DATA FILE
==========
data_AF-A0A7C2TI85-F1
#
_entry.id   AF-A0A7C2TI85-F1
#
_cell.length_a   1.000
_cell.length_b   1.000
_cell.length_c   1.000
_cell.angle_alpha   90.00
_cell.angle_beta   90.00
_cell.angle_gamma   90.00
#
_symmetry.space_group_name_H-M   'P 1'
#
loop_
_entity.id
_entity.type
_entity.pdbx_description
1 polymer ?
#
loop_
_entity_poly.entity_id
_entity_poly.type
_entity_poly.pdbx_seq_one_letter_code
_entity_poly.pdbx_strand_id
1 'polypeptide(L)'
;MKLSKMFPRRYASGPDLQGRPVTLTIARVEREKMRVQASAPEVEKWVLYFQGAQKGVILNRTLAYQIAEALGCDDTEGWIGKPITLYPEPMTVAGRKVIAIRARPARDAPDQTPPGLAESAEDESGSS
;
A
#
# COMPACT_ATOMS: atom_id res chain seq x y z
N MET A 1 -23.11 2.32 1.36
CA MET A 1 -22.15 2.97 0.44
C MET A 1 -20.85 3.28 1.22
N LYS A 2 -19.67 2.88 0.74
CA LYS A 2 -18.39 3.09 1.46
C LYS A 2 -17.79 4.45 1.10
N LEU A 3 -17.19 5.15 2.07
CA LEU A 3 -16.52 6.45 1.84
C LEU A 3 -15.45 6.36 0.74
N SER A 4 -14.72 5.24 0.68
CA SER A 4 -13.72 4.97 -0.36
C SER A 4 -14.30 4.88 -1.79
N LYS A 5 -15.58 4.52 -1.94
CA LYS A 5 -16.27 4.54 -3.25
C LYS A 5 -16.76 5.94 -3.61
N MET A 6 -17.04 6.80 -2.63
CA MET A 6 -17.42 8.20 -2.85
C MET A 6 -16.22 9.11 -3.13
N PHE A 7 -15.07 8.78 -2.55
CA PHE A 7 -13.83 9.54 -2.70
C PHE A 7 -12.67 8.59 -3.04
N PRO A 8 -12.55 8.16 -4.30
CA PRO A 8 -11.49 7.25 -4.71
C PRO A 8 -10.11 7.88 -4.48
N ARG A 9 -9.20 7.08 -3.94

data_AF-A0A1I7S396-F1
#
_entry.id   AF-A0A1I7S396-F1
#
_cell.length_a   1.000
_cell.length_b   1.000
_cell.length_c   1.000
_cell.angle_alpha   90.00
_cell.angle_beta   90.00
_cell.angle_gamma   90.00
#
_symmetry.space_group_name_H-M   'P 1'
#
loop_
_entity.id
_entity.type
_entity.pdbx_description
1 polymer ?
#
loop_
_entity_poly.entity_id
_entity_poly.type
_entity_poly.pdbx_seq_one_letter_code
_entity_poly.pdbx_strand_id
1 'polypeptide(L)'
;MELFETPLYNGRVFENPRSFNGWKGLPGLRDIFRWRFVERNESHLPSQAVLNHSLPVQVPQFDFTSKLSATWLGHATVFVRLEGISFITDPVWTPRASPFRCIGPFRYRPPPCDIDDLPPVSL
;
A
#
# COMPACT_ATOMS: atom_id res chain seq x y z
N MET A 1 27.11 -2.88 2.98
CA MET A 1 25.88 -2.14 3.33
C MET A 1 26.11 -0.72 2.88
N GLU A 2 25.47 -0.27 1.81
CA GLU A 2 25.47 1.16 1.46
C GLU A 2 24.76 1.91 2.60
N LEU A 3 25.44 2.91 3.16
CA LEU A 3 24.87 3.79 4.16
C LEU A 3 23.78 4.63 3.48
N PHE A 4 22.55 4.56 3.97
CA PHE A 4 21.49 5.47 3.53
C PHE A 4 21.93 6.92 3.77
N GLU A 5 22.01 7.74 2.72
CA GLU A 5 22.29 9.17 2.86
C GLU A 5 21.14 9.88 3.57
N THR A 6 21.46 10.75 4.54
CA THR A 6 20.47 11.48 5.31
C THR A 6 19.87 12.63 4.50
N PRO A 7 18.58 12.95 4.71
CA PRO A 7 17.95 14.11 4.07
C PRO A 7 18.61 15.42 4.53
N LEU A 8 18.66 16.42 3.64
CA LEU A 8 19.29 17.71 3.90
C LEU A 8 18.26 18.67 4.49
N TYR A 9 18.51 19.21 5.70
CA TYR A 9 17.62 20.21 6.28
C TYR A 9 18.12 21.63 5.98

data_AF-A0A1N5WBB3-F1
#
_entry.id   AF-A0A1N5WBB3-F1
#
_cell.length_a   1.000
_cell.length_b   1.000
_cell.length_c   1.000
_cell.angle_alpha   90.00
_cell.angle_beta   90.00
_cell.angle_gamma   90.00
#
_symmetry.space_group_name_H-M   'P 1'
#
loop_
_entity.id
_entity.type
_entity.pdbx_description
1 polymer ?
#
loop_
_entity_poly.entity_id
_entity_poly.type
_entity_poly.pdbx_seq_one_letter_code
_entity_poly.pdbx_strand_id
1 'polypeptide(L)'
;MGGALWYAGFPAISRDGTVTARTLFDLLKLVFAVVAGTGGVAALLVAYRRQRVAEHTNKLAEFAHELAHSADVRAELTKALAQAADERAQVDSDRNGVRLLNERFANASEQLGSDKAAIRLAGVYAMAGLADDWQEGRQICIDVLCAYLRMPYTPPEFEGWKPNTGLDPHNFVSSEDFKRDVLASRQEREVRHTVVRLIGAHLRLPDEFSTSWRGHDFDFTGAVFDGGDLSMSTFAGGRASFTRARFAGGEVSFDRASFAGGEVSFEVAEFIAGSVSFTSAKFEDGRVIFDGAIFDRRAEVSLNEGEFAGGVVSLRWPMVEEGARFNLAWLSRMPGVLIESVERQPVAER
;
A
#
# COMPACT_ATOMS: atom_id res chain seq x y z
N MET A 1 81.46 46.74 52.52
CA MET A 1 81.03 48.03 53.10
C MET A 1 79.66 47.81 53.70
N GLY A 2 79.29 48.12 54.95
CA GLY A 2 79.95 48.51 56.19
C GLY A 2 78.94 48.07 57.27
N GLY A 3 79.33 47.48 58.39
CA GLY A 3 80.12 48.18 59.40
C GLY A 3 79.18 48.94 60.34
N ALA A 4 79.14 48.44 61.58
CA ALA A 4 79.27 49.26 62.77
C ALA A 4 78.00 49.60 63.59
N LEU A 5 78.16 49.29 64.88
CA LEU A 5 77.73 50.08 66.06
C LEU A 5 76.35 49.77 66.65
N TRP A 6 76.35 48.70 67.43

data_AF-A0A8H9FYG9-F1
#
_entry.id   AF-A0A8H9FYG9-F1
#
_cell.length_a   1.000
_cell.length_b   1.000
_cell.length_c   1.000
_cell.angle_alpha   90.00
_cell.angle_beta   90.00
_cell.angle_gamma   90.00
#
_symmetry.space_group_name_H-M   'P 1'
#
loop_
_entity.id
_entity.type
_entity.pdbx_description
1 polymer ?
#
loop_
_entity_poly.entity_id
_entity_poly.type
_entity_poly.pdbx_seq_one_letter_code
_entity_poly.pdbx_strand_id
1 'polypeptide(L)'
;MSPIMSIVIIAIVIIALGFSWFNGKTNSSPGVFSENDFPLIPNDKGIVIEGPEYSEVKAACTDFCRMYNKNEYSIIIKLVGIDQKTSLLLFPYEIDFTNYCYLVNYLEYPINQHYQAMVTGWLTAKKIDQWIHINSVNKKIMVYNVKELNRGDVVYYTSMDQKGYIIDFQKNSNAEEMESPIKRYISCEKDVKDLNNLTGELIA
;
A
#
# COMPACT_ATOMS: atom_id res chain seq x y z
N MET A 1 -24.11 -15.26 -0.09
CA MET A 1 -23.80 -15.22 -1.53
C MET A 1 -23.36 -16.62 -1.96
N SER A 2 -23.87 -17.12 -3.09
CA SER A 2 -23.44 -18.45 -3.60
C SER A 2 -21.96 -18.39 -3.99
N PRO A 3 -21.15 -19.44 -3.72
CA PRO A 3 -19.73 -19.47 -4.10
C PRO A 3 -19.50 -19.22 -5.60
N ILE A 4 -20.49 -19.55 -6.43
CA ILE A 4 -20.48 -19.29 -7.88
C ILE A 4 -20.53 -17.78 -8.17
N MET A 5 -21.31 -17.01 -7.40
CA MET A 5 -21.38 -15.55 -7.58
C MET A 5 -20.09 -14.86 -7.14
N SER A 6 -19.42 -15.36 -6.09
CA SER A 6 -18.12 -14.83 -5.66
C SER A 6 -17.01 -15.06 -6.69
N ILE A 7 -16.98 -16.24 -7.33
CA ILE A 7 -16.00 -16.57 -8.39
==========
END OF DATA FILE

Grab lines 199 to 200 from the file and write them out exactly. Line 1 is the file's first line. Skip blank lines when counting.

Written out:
CA ILE A 4 -20.48 -19.29 -7.88
C ILE A 4 -20.53 -17.78 -8.17